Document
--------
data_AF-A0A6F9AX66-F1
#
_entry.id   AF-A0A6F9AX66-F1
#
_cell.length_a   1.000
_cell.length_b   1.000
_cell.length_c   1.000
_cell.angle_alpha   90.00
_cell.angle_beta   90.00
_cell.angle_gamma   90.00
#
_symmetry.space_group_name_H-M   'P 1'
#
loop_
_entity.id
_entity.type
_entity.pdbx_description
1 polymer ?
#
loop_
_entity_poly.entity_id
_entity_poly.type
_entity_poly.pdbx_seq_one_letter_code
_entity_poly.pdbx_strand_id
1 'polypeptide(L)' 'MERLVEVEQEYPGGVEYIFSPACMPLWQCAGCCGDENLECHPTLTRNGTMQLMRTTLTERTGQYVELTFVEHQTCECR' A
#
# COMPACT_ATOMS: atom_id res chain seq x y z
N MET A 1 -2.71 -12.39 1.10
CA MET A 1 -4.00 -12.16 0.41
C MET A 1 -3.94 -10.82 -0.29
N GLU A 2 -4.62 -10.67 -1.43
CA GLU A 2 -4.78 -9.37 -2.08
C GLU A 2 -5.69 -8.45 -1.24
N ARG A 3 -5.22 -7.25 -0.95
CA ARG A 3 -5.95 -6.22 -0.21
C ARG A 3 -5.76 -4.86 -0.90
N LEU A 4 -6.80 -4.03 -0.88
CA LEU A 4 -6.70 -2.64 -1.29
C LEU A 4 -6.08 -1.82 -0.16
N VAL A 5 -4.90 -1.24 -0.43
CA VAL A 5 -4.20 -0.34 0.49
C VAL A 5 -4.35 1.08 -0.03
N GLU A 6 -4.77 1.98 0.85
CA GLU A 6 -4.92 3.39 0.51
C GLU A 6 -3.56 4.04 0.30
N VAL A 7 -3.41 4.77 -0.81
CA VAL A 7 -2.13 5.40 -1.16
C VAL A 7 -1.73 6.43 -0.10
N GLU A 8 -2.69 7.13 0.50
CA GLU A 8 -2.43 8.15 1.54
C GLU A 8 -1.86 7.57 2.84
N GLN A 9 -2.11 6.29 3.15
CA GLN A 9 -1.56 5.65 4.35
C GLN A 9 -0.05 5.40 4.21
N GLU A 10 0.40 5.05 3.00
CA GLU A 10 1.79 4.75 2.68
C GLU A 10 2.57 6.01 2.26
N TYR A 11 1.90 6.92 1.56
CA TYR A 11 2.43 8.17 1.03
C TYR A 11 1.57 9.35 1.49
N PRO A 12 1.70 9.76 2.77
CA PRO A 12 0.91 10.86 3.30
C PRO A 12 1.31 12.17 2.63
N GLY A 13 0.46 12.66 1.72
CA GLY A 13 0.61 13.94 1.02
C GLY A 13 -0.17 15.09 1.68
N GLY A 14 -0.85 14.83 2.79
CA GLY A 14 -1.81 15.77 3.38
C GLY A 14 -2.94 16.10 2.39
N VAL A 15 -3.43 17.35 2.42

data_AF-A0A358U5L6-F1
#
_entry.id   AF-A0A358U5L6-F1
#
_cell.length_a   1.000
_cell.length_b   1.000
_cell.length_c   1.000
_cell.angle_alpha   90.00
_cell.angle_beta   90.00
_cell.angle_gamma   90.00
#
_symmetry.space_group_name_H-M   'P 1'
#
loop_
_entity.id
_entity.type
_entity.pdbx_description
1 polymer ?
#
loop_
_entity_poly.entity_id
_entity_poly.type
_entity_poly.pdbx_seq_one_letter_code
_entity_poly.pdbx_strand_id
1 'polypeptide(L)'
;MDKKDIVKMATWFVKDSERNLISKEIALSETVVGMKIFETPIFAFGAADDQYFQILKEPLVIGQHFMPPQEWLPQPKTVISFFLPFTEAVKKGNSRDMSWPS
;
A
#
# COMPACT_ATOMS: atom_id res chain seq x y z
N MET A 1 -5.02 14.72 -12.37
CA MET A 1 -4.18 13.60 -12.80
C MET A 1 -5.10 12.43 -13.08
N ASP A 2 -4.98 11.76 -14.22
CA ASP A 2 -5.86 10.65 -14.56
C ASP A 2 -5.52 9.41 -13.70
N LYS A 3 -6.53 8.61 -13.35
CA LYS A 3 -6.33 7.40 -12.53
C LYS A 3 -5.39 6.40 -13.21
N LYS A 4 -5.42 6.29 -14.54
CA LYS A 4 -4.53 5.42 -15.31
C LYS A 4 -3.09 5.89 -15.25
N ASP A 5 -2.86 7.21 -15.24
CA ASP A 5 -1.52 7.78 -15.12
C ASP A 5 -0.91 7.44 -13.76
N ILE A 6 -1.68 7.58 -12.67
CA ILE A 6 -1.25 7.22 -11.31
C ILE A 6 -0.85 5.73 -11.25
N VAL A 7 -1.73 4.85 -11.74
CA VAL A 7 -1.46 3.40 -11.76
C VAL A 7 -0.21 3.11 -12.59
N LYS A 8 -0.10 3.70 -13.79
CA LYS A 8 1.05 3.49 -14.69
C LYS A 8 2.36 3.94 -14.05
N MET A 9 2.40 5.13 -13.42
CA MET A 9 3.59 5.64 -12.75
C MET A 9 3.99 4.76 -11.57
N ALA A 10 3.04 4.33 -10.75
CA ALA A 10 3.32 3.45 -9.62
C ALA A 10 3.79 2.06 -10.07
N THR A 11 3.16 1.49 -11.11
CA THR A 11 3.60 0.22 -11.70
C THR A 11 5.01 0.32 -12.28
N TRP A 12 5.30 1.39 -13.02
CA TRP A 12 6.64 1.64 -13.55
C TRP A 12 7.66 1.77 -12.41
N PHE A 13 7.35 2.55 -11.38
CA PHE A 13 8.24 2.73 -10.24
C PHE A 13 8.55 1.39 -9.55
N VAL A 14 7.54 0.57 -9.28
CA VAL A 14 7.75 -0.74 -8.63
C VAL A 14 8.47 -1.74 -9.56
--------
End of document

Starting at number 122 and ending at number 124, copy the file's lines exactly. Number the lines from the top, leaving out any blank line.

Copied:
N LYS A 8 -0.10 3.70 -13.79
CA LYS A 8 1.05 3.49 -14.69
C LYS A 8 2.36 3.94 -14.05